What is missing from the end of this story and what started the Government of Canada looking at this issue, was that after the Government spent millions of dollars evacuating Lebanese Canadians they promptly returned when the clashes stopped. So as a tax paying Canadian I do personally not like someone who does not contribute anything to our country or its tax base but calls for lift when it gets in trouble!
It's spelled Ottawa . . what kind of editors work at this sub-standard paper?
Bo Xilai
For all you "Canadians" who live in Hong Kong and pay no taxes in Canada, but want to have your passport as a "back up plan" or "insurance policy", you will soon be surprised because there is lots of talk about eliminating dual citizenship. If you want to keep your Canadian passport, you'll have to renounce all others. So when the People's Liberation Army comes to "liberate" you from your SAR status, don't come running to Canada.
"We're the government and we're here to help you...."
What services? You go to consulate, wait one hour, talk to someone who's behind a bazooka-proof window, pay an exorbitant fee, and then come back to pick up the documents weeks or even months later (actually, almost one year for a citizenship card). Reminds you why you left in the first place.
In a big crisis, the consulate is the last place I'd ask for help. I think they'd actually offer me clueless and dangerous advice.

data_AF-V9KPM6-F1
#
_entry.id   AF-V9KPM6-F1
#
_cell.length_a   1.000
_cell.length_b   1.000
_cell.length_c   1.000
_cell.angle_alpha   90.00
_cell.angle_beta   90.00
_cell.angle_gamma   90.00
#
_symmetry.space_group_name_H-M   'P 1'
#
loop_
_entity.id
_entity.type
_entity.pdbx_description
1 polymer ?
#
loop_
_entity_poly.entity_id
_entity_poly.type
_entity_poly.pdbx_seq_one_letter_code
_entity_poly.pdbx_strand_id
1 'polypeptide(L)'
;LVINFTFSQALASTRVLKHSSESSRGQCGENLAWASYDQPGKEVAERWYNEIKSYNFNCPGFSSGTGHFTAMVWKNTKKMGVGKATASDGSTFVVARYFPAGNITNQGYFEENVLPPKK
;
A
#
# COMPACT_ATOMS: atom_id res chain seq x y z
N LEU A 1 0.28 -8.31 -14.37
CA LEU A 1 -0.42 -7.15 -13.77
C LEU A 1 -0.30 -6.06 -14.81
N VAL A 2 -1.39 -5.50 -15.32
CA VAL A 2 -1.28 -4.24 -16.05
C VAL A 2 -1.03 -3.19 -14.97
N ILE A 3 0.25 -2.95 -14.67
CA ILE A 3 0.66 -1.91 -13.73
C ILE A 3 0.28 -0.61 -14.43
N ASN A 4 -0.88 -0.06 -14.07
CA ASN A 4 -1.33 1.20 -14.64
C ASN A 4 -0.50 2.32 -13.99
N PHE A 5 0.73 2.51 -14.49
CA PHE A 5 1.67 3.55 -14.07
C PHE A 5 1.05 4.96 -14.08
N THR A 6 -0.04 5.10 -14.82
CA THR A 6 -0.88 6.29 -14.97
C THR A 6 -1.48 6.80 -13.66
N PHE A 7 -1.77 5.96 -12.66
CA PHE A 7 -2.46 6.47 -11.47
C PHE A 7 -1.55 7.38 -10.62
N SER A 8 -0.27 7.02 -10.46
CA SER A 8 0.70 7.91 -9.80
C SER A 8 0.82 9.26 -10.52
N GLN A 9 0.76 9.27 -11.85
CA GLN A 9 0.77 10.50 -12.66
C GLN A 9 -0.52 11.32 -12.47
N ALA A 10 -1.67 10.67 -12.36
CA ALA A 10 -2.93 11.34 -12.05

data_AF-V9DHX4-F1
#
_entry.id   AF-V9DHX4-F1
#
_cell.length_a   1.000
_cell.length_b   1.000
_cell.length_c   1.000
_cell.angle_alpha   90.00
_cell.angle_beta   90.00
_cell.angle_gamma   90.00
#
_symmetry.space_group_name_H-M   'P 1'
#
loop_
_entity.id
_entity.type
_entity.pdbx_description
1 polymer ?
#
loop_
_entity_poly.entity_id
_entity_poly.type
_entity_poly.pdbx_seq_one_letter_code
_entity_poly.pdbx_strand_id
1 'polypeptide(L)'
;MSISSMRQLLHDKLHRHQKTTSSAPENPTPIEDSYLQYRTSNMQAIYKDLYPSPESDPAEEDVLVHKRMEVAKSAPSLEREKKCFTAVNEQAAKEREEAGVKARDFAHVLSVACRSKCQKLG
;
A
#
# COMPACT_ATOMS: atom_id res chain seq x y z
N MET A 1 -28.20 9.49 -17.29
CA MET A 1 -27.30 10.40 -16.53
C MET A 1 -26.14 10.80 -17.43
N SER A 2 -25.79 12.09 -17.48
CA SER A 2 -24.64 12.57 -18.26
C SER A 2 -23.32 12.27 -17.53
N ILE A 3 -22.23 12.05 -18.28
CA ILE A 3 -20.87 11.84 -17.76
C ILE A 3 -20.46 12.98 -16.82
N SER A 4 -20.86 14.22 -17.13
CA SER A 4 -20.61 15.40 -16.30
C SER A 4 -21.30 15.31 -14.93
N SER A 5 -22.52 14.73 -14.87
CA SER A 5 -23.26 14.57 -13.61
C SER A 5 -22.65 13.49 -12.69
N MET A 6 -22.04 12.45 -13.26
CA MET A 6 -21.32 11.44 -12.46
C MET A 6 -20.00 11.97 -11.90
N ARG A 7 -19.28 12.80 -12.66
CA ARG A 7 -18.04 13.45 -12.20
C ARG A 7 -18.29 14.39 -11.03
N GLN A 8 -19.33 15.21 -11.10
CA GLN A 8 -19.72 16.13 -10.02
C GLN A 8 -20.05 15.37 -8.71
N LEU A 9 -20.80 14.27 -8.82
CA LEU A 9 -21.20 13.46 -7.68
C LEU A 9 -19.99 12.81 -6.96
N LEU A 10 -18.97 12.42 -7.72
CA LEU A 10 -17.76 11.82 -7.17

Leading countries offer extensive services to their citizens abroad, like making sure the expats' children have access to suitable schooling. It supports international trade and business at the home base. For example: UK, France, US, Japan, Holland, Germany, Switzerland. Canada offers close to nothing and most of its business is with the U.S. What's there to cut?
Actually, one thing they could cut is the Exchange Square location for the consulate. How much does that cost? I'm happy to go to Taikoo or whatever when I need a new passport or something. The consulates and embassies are always in prime, prestigious locations. There's no need for that if it's for offering 3rd class services.
Bo Xilai
If your Canadian Citizenship is that much of a hassle or if "you remember why you left in the first place", then by all means.... PLEASE renounce your citizenship. You won't be a great loss to the country.
Sticks Evans
You have no idea what your talking about. Canadian citizens in HK.
I should of accepted US citizenship and given up my Canadian when had the chance 20 years ago. Never expected these friendly people would throw you under the bus when their treasury is running dry.
At least former Canadians like Allan Zeman had the B_A_L_L_S to renounce his Canadian citizenship and become a full blown Chinese.
Ironic how all the motherland loving ethnic Chinese still want to game the system. They're not "citizens"....just "users" and should be treated as such whenever they run into trouble (like getting busted at a brothel in Dongguan but going into China on a HK ID card - or better yet, their old China shenfenzheng)
In reference to the Central location - they will be opening a new office in Quarry Bay soon as rent is now too high:
A tough situation - I am interested to see the changes that take place in the coming months/years for xpats living and working in Hong Kong.